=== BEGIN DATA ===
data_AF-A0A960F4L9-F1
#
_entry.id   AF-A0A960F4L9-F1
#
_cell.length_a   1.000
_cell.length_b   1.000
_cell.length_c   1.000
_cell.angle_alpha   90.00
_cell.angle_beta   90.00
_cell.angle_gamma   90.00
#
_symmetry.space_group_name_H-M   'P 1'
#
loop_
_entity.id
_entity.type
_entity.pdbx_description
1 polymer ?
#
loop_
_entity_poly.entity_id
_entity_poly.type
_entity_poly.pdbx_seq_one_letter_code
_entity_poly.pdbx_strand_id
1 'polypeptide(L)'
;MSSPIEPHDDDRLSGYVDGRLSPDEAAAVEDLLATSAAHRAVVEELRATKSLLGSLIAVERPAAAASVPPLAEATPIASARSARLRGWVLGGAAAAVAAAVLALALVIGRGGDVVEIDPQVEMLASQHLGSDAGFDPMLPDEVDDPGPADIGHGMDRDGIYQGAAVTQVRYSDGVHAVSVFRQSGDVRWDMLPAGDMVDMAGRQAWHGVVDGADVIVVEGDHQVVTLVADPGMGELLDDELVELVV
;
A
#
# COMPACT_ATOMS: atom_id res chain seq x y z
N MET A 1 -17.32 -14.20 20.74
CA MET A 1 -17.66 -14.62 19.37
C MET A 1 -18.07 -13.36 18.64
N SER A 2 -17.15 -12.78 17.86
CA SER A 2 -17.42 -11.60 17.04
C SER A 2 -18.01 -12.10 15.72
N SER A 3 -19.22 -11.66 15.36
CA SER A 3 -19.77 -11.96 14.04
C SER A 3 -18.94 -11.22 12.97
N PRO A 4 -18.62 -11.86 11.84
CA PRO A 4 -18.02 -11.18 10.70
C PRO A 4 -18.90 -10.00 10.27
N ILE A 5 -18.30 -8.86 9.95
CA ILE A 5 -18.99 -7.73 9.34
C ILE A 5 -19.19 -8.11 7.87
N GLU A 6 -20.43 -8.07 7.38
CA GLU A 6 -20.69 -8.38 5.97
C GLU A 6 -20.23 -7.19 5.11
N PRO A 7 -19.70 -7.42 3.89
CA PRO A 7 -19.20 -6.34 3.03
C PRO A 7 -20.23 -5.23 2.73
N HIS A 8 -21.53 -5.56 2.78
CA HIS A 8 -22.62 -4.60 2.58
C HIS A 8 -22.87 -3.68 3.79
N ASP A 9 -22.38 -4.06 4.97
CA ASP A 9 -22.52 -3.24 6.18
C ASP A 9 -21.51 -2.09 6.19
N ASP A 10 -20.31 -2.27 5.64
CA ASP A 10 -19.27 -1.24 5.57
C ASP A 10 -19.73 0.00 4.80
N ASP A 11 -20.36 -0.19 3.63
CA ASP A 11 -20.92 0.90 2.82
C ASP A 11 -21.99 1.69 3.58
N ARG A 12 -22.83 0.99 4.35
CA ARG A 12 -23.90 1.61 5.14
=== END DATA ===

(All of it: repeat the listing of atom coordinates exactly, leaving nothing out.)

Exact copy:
data_AF-A0A960F4L9-F1
#
_entry.id   AF-A0A960F4L9-F1
#
_cell.length_a   1.000
_cell.length_b   1.000
_cell.length_c   1.000
_cell.angle_alpha   90.00
_cell.angle_beta   90.00
_cell.angle_gamma   90.00
#
_symmetry.space_group_name_H-M   'P 1'
#
loop_
_entity.id
_entity.type
_entity.pdbx_description
1 polymer ?
#
loop_
_entity_poly.entity_id
_entity_poly.type
_entity_poly.pdbx_seq_one_letter_code
_entity_poly.pdbx_strand_id
1 'polypeptide(L)'
;MSSPIEPHDDDRLSGYVDGRLSPDEAAAVEDLLATSAAHRAVVEELRATKSLLGSLIAVERPAAAASVPPLAEATPIASARSARLRGWVLGGAAAAVAAAVLALALVIGRGGDVVEIDPQVEMLASQHLGSDAGFDPMLPDEVDDPGPADIGHGMDRDGIYQGAAVTQVRYSDGVHAVSVFRQSGDVRWDMLPAGDMVDMAGRQAWHGVVDGADVIVVEGDHQVVTLVADPGMGELLDDELVELVV
;
A
#
# COMPACT_ATOMS: atom_id res chain seq x y z
N MET A 1 -17.32 -14.20 20.74
CA MET A 1 -17.66 -14.62 19.37
C MET A 1 -18.07 -13.36 18.64
N SER A 2 -17.15 -12.78 17.86
CA SER A 2 -17.42 -11.60 17.04
C SER A 2 -18.01 -12.10 15.72
N SER A 3 -19.22 -11.66 15.36
CA SER A 3 -19.77 -11.96 14.04
C SER A 3 -18.94 -11.22 12.97
N PRO A 4 -18.62 -11.86 11.84
CA PRO A 4 -18.02 -11.18 10.70
C PRO A 4 -18.90 -10.00 10.27
N ILE A 5 -18.30 -8.86 9.95
CA ILE A 5 -18.99 -7.73 9.34
C ILE A 5 -19.19 -8.11 7.87
N GLU A 6 -20.43 -8.07 7.38
CA GLU A 6 -20.69 -8.38 5.97
C GLU A 6 -20.23 -7.19 5.11
N PRO A 7 -19.70 -7.42 3.89
CA PRO A 7 -19.20 -6.34 3.03
C PRO A 7 -20.23 -5.23 2.73
N HIS A 8 -21.53 -5.56 2.78
CA HIS A 8 -22.62 -4.60 2.58
C HIS A 8 -22.87 -3.68 3.79
N ASP A 9 -22.38 -4.06 4.97
CA ASP A 9 -22.52 -3.24 6.18
C ASP A 9 -21.51 -2.09 6.19
N ASP A 10 -20.31 -2.27 5.64
CA ASP A 10 -19.27 -1.24 5.57
C ASP A 10 -19.73 0.00 4.80
N ASP A 11 -20.36 -0.19 3.63
CA ASP A 11 -20.92 0.90 2.82
C ASP A 11 -21.99 1.69 3.58
N ARG A 12 -22.83 0.99 4.35
CA ARG A 12 -23.90 1.61 5.14